Sweden has dropped its investigation into Julian Assange over allegations of rape, dramatically changing the plot in a standoff that has lasted seven years. The charges were first leveled at the WikiLeaks founder in 2010, causing him to seek asylum at the Ecuadorian embassy in 2012 after losing a series of appeals. He's been sequestered there ever since, and could finally go free once the withdrawal of his warrant is confirmed by a London court, possibly by the end of the day.
The dropped charges follow a series of interviews by Swedish prosecutor Ingrid Isgren at the Ecuadorian embassy. That came about after terse negotiations between Ecuador, Sweden and Assange, following pressure inside and outside the nation. Last year, the UN declared Assange's asylum to be tantamount to an "arbitrary detention," and recommended he walk free. The government of Ecuador also called Sweden's prosecution of Assange a "serious failure."
The Ecuadorian embassy is currently guarded around the clock by London's Metropolitan Police Service (MPS) to prevent Assange from escaping. Police released a statement saying that Assange "remains wanted for a much less serious offense," namely, failing to surrender to the court in June, 2012, and would still face "immediate arrest." However, it said that it would now provide a "proportionate" level of resources, meaning it may stand down much of its guard.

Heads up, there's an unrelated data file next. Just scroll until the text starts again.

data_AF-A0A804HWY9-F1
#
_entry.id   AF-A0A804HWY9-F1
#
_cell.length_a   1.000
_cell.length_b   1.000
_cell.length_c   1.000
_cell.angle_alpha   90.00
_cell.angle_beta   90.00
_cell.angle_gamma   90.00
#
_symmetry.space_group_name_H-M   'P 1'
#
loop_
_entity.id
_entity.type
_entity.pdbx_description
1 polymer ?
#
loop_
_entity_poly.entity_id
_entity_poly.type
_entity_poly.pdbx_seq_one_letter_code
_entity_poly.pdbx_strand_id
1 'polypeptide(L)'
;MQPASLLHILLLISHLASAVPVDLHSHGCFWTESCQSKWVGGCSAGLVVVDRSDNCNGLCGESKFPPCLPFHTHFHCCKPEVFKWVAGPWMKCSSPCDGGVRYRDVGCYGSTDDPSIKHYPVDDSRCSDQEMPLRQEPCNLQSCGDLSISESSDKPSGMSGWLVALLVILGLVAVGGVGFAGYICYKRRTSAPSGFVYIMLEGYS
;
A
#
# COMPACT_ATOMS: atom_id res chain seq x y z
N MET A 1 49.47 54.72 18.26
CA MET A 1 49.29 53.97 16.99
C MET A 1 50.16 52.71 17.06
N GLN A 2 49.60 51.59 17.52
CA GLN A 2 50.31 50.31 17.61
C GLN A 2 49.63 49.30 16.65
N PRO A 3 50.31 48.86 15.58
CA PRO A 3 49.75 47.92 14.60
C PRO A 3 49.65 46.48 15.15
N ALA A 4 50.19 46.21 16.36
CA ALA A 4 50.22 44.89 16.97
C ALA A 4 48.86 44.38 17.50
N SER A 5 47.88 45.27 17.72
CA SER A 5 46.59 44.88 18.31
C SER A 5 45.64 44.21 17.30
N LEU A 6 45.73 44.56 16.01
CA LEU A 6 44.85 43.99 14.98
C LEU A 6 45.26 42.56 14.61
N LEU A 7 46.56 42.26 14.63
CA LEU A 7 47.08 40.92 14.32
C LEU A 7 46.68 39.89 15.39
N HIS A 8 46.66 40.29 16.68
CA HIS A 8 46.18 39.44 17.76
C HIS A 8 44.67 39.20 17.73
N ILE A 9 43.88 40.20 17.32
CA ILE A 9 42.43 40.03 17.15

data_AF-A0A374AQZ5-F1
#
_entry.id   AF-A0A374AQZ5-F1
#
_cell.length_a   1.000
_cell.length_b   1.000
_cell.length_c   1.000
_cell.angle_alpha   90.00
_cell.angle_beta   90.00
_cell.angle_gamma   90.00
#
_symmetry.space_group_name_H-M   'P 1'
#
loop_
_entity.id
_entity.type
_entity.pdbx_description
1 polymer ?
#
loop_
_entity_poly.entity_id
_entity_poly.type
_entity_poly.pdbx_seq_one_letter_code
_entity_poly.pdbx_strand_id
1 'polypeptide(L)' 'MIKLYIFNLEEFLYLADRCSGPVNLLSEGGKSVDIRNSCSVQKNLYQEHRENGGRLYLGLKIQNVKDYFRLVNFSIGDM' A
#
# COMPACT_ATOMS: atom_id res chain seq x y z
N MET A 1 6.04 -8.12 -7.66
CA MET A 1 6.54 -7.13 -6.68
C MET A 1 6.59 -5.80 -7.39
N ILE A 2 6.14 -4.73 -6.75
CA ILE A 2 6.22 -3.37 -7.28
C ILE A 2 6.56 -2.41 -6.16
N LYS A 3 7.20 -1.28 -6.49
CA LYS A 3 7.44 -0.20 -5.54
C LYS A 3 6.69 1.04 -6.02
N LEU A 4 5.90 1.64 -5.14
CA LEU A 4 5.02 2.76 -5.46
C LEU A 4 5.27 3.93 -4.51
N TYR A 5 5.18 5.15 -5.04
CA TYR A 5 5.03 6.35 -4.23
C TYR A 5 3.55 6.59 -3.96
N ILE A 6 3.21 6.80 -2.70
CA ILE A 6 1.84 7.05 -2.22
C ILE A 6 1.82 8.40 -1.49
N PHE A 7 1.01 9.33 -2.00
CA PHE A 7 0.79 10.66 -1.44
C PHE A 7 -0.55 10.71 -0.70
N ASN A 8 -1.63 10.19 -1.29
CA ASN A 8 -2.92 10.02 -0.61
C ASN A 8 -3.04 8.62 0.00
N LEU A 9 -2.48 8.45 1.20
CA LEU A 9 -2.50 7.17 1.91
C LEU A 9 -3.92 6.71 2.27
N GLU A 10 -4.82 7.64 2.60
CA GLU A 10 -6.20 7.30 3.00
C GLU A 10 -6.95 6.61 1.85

Assange posted the above image to his Twitter account shortly after the news was announced. It finally opens the possibility he could leave his tiny quarters in the embassy near Hyde Park in London. His lawyers have said, however, that he wouldn't part unless the UK government guarantees he won't be extradited to the US over spying charges linked to his WikiLeaks activities.
Indeed, last month, the US Department of Justice said that it is weighing charges against Assange and others over the 2010 release of thousands of US government documents by Chelsea Manning, and a more recent dump of CIA hacking tools. CIA director Mike Pompeo recently called Wikileaks a "hostile intelligence service" that's a threat to US national security.